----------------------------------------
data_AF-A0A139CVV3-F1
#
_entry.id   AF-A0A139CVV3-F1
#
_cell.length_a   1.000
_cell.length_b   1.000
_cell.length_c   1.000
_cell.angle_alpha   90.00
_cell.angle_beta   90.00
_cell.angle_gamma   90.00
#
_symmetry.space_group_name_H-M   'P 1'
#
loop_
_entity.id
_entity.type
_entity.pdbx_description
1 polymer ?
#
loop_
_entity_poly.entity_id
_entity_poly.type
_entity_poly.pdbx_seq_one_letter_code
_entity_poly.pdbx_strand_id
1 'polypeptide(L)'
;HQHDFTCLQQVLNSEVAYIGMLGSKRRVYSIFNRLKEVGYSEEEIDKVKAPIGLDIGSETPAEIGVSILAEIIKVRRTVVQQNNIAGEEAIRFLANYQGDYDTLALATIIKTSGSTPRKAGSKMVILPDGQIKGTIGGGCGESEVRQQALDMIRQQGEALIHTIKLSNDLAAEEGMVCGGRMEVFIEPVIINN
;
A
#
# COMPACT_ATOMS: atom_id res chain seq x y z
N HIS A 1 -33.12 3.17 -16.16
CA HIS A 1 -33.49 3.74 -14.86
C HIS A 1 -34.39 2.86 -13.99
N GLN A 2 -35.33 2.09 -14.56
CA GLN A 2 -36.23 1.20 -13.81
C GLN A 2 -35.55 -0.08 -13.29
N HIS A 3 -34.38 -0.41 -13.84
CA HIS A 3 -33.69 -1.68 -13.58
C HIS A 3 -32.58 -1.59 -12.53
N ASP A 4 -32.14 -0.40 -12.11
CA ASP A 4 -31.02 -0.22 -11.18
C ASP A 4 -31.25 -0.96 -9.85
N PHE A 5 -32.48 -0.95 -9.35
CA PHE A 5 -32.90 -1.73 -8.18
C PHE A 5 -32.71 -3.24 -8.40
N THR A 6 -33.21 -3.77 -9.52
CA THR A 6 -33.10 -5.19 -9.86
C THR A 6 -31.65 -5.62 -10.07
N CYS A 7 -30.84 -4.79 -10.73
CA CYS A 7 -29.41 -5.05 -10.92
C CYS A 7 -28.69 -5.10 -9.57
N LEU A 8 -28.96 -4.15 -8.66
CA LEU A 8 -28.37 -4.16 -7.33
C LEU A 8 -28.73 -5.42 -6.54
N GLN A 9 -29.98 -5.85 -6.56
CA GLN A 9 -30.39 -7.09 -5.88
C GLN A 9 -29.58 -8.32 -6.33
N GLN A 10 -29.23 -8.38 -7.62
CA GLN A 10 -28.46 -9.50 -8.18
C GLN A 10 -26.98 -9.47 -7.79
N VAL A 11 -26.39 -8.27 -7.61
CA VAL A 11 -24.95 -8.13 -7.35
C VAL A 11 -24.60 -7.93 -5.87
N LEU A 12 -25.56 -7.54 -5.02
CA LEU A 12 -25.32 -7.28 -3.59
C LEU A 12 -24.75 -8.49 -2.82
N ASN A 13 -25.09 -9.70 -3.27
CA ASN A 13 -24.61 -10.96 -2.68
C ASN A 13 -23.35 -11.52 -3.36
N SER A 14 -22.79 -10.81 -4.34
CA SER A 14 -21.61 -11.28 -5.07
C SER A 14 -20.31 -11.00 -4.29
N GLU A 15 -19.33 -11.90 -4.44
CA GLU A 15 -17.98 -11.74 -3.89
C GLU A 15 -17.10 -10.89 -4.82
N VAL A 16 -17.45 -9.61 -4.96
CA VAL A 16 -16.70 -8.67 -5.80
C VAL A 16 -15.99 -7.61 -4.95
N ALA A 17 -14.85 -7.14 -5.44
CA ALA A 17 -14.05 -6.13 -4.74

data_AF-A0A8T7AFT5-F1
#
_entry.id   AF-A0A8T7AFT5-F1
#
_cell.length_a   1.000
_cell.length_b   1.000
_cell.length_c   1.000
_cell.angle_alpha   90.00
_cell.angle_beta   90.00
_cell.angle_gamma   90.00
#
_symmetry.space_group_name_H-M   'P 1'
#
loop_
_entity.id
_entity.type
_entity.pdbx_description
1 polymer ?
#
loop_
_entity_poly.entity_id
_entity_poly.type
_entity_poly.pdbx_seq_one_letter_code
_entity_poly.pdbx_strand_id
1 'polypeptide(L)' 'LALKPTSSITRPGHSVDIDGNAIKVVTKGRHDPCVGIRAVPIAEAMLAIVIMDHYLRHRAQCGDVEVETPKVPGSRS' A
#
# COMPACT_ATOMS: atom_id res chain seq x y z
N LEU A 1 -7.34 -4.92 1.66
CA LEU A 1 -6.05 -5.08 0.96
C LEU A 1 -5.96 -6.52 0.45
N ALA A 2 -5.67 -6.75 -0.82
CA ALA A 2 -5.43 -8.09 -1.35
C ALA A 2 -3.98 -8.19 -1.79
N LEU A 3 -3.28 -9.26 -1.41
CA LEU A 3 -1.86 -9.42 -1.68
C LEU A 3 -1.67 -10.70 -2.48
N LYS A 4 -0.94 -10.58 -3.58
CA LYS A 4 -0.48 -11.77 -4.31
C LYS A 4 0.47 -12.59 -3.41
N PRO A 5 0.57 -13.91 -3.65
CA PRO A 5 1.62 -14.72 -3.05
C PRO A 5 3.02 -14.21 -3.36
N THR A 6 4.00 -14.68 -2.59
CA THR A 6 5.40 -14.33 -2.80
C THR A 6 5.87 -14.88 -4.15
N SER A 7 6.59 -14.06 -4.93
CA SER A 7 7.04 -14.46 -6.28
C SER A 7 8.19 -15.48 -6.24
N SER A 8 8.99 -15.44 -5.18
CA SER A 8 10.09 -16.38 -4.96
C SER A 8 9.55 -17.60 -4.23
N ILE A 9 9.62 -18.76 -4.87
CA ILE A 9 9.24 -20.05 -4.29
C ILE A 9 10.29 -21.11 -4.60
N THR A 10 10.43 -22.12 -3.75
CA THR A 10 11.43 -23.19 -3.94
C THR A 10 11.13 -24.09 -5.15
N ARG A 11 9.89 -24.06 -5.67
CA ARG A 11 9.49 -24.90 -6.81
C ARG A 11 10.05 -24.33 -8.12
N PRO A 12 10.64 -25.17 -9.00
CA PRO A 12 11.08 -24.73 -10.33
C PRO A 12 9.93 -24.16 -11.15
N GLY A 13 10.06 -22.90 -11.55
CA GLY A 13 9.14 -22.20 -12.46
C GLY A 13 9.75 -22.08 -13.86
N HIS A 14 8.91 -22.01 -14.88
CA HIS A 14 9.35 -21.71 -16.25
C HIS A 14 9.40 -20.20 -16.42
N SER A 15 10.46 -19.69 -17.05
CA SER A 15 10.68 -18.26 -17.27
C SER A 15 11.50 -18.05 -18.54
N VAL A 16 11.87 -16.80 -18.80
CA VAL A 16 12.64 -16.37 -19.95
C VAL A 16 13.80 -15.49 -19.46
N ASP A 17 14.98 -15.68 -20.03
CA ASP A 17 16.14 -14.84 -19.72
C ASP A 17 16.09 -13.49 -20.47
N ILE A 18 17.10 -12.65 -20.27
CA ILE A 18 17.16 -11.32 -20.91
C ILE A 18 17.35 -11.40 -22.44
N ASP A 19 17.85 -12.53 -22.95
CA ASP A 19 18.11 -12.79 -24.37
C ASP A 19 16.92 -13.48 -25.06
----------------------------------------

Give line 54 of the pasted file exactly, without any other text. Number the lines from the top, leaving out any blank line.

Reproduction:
C LEU A 8 -28.73 -5.42 -6.54